Perhaps it's the fever of Comic-Con that made me want to reminisce this event, nevermind all my pressing deadlines at the moment (or, then again, this might be a good quick distraction that keeps me working again.. haha what an
Reading that entry, I feel lucky to have met him in a much quieter ambiance. The date was April 25th, 2003. I was about 4 months pregnant with Lindri. And if you know a saying, it is best if a pregnant woman could quench her yearnings, you'll see how important this opportunity was for me. I read in his blog (yes, the same one) about his plan to do a reading and signing session at Donner in Rotterdam, about three weeks before the actual date. Rotterdam is about one and a half hour train ride from Amsterdam, where we lived. The program was going to start at 19.00 and I didn't know how long it would take, so I had to ask for a permission from Syb rather guiltily, because our boy Dhanu was only a wee toddler by then. But Syb didn't look he mind and I was very grateful for that; Go and enjoy yourself, he said.
Now, next problem: what oh what was I to bring! He normally allows three items to sign and I would love to have three scribbles instead of one (*greedy*). One was surely a copy of my sister Tiyas' Sandman series (I forgot which volume.. The Kindly Ones?). Another is my (then) new copy of Coraline, of course, because it's a Coraline tour. The last one.. hmm.. shall I dare myself to make sketches for him to see? I thought what the hey and I did: the most popular siblings in The Sandman series, Death and Dream, wearing Indonesian batik, in pencil.
The D-Day. I arrived a bit early at Donner and asked an attendant where the signing would be. It was at the lower ground, where seats and a low stage were being arranged. A desk at the front was full of copies of Coraline and American Gods (in Dutch and English). The space fitted perhaps 100 people but no more. The space started to fill up slowly when I was spending my time browsing books, so I got to sit at the very back, not on a seat but on a high bench. The audience was composed of mostly young adults in various styles. Neil came walking from behind the rows of audience, then took the seat at the podium.
Then came the question-and-answer session. Don't look at me - I'm actually very bashful at this. My English (or any other language) would fall apart and I would loose my train of thoughts in a forum like this; that's for sure. So I just sat back and enjoyed the show. Points I remember at the moment are:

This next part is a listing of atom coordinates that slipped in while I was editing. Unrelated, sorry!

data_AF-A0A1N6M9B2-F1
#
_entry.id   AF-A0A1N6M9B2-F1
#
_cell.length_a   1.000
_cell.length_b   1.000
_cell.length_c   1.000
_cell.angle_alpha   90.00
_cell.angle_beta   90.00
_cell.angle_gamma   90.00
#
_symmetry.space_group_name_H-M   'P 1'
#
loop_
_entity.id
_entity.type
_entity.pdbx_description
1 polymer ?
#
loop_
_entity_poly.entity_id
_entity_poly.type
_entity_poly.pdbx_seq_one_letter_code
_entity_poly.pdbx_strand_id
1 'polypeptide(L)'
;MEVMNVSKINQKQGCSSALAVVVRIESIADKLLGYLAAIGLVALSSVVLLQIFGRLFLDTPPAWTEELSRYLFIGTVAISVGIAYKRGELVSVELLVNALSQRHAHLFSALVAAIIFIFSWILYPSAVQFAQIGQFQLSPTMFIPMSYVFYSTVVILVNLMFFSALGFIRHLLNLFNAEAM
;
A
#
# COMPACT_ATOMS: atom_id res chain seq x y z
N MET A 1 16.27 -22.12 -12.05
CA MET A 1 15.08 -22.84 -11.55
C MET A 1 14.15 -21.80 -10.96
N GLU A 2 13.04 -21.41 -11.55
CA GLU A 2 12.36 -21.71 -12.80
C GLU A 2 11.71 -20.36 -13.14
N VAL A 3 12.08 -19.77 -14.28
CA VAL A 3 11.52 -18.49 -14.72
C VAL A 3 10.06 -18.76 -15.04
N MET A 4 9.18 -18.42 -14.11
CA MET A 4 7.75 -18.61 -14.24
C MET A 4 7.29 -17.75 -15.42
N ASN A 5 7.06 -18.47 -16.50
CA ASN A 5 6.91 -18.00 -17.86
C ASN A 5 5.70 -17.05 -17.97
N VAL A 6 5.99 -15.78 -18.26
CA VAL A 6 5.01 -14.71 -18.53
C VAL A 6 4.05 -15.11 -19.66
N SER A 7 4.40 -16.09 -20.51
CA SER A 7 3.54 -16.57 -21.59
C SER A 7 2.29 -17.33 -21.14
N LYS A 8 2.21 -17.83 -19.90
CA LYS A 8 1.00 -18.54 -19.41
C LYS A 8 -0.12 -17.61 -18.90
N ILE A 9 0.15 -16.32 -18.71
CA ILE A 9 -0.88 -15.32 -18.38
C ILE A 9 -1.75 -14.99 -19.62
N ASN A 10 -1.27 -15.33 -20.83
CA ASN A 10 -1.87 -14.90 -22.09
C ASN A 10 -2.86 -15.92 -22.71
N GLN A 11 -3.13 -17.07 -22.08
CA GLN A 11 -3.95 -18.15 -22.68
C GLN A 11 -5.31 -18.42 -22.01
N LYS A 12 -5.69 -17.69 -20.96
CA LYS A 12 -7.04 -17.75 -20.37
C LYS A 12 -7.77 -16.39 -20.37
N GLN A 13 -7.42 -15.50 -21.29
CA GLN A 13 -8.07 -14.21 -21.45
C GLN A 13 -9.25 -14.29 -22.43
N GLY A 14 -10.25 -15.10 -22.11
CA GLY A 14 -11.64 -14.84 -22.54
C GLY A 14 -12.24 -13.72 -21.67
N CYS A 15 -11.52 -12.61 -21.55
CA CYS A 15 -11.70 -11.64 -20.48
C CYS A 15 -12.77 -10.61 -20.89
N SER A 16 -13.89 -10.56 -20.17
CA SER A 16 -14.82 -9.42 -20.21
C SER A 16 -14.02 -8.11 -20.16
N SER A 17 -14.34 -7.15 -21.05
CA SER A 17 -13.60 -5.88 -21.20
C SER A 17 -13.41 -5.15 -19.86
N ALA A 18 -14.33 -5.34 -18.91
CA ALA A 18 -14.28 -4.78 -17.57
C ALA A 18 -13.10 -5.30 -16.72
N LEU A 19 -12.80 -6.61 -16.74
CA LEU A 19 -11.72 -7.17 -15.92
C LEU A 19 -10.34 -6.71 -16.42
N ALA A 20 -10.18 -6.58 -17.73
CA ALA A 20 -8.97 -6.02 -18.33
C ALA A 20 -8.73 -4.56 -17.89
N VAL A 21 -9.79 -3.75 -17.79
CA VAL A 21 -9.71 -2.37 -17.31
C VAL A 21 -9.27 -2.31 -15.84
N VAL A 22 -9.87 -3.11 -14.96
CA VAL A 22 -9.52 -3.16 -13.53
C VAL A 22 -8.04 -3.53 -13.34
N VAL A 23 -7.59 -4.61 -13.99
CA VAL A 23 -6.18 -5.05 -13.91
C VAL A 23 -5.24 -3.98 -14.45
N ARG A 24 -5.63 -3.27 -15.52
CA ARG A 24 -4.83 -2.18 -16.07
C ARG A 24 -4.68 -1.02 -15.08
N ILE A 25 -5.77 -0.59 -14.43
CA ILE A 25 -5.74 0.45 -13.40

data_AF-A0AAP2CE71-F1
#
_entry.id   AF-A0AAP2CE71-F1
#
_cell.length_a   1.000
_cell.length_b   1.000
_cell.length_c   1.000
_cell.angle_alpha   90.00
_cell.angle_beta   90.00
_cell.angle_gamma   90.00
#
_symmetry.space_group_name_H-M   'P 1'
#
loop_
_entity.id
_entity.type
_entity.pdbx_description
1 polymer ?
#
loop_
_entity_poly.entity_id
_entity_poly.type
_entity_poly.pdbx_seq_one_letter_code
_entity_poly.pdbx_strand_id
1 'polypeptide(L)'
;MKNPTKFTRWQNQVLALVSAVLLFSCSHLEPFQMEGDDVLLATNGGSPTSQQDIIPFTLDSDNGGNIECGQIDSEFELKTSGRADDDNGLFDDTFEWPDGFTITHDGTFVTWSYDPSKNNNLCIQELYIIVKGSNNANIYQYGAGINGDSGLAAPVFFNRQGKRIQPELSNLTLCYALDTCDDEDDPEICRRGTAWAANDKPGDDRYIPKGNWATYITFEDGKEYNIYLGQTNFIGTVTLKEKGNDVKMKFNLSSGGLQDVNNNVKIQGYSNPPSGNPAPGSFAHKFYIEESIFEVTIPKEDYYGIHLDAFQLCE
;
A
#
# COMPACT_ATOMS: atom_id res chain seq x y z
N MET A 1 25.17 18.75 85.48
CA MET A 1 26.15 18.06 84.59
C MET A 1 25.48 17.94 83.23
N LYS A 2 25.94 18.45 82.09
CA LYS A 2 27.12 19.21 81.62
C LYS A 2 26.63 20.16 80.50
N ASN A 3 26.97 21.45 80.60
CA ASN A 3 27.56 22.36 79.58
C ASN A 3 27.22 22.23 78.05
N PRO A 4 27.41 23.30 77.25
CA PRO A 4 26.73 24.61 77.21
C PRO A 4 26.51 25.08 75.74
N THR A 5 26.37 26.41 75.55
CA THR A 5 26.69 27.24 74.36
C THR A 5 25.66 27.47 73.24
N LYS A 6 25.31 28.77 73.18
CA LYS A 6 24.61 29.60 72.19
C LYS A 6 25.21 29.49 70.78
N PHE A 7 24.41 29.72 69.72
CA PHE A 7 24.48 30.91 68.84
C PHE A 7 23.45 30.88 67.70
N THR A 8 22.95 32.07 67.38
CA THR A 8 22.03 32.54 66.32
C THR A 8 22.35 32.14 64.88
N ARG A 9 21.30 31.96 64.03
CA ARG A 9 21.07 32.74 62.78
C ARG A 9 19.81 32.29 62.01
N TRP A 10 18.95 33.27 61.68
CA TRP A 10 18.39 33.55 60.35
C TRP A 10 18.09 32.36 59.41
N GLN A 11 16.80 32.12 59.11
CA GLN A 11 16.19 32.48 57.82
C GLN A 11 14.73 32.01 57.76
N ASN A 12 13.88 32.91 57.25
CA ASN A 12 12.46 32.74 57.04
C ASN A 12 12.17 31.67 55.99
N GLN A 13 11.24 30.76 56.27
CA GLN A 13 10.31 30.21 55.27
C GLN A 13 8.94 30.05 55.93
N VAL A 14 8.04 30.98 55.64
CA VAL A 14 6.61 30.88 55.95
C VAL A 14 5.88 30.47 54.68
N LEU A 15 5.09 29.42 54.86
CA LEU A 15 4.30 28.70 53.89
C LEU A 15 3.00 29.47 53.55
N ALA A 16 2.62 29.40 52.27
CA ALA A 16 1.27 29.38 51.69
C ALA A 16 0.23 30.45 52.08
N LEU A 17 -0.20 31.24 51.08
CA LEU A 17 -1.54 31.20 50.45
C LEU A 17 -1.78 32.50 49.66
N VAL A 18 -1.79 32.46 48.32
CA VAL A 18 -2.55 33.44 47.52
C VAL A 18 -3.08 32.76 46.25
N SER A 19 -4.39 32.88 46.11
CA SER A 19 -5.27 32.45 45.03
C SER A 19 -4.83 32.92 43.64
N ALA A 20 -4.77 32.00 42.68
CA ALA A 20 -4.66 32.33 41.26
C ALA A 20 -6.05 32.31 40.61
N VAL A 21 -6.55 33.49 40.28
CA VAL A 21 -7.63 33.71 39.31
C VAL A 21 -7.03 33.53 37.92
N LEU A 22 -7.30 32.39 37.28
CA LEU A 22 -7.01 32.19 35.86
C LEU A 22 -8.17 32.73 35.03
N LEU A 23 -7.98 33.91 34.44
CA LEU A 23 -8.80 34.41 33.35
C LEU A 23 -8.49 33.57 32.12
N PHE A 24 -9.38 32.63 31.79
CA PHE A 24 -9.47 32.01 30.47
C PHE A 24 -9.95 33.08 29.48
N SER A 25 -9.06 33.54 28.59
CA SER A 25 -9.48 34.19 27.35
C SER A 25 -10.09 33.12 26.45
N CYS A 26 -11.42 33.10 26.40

- Someone wondered if Neil has a thing with cats, and if he considers himself a 'cat person', since he hardly features any dog in his book. Neil said it's not that he doesn't like dogs. It's just dogs are too eager (Out? "Yah! Yah! Let's go out let's go out!") and almost like a 'yes man' ('yes dog'?) to their masters. While cats seem to have their own thoughts and do whatever they please. He told an example of how one of his cats came and saw him typing, stared and then left with a bored expression, as if saying, "you missed a coma there".
- Another question was why Neil chose Scandinavian gods for American Gods. Neil said he kinda likes gods who don't go out there only to make heavenly promises and to save humankind. Or perfect gods who punish us when we don't do what we're told. No, he likes gods that can also screw up both themselves and humankind. With a sense of humor and a tendency to be nasty sometimes.
I brought a camera (an old pocket version - no digital yet), and asked a boy standing in front of me to take picture of me up there with Neil. The two photos you saw here are the only result of his work. Queueing, my head filled up with rehearsed questions and remarks. I naturally wanted to make a good impression and to be remembered. But what for?!, I thought later, so I just decided to at least NOT embarrass myself by being a dimwit up there. OK, take a deep breath, compose yourself, because the tall Indian-looking boy who was
T (nervous, placed my books on the desk in front of him and blurted out words as if I wanted to get it over with as quick as I could): Hello. Um. Could you sign these, please.
He looked so relaxed,
N (picking up The Kindly Ones): Who is this for?
T: My younger sister. She lives faraway, in my home country. I'm now studying here in The Netherlands so I'm glad I can get this one signed for her.
N: And where is "faraway"?
Neil wrote "To Tiyas: Sweet Dreams", then took my Coraline. He copied my name from a piece of paper (where people wrote down their names so he didn't misspell), and wrote it above his drawing of a mouse. Now, my sketchbook-diary. Heart beating fast..
N (looking at Death and Dream): Wow, did you draw this yourself? This is really good
T: Thank you (blushing profusely)
N: It's great.. Are you an artist? (continues flipping previous pages)
T: No, I'm just a.. designer..
N: A graphic designer? Illustrator?
T: No, industrial designer. This is my sketchbook, er, diary.. where I draw my daily happenings and sketches
N: (I forgot what he actually said while still flipping pages,
T: Thank you very much. May I have a picture taken with you?
N: Of course, that's what I'm here for.
Some posing, snapshots, then I shook hands and said bye. I was still shaking and perhaps floating a bit when I
I left when the crowds were still gathering, with thoughts in my head. Stuff I should have said. Other things I should have drawn. I kept smiling to myself during the train ride back to Amsterdam, ignoring a group of loud, cheeky teenagers that usually irritates the freak out of me. I noted down the events in my sketchbook page, and more. I realized that my Death and Dream are out of proportions so I drew them criticizing the drawing in the next page. But oh boy what a memory.